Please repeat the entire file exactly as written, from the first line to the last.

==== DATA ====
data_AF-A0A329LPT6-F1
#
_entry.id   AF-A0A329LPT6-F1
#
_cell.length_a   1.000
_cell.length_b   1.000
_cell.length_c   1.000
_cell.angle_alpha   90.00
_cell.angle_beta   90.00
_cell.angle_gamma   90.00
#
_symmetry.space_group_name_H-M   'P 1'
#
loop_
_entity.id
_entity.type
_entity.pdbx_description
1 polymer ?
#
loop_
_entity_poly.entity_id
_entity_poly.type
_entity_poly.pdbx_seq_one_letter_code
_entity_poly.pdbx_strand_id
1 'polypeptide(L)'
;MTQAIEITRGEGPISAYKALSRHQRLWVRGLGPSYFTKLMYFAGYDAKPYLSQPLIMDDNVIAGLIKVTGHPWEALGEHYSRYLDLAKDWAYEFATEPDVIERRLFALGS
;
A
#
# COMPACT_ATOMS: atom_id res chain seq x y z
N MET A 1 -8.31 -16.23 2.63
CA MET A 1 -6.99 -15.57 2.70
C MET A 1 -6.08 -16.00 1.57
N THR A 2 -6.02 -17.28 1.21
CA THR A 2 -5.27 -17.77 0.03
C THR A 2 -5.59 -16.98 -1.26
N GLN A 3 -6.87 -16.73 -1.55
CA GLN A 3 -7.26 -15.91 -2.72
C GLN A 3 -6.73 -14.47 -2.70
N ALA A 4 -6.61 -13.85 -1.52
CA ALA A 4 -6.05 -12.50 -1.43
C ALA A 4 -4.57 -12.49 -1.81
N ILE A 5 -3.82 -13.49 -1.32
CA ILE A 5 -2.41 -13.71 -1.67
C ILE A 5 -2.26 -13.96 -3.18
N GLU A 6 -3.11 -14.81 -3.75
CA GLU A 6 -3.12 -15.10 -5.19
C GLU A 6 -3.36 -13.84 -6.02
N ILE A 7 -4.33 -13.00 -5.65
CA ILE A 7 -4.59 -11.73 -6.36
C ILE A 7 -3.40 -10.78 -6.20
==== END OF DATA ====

data_AF-A0A329LPT6-F1
#
_entry.id   AF-A0A329LPT6-F1
#
_cell.length_a   1.000
_cell.length_b   1.000
_cell.length_c   1.000
_cell.angle_alpha   90.00
_cell.angle_beta   90.00
_cell.angle_gamma   90.00
#
_symmetry.space_group_name_H-M   'P 1'
#
loop_
_entity.id
_entity.type
_entity.pdbx_description
1 polymer ?
#
loop_
_entity_poly.entity_id
_entity_poly.type
_entity_poly.pdbx_seq_one_letter_code
_entity_poly.pdbx_strand_id
1 'polypeptide(L)'
;MTQAIEITRGEGPISAYKALSRHQRLWVRGLGPSYFTKLMYFAGYDAKPYLSQPLIMDDNVIAGLIKVTGHPWEALGEHYSRYLDLAKDWAYEFATEPDVIERRLFALGS
;
A
#
# COMPACT_ATOMS: atom_id res chain seq x y z
N MET A 1 -8.31 -16.23 2.63
CA MET A 1 -6.99 -15.57 2.70
C MET A 1 -6.08 -16.00 1.57
N THR A 2 -6.02 -17.28 1.21
CA THR A 2 -5.27 -17.77 0.03
C THR A 2 -5.59 -16.98 -1.26
N GLN A 3 -6.87 -16.73 -1.55
CA GLN A 3 -7.26 -15.91 -2.72
C GLN A 3 -6.73 -14.47 -2.70
N ALA A 4 -6.61 -13.85 -1.52
CA ALA A 4 -6.05 -12.50 -1.43
C ALA A 4 -4.57 -12.49 -1.81
N ILE A 5 -3.82 -13.49 -1.32
CA ILE A 5 -2.41 -13.71 -1.67
C ILE A 5 -2.26 -13.96 -3.18
N GLU A 6 -3.11 -14.81 -3.75
CA GLU A 6 -3.12 -15.10 -5.19
C GLU A 6 -3.36 -13.84 -6.02
N ILE A 7 -4.33 -13.00 -5.65
CA ILE A 7 -4.59 -11.73 -6.36
C ILE A 7 -3.40 -10.78 -6.20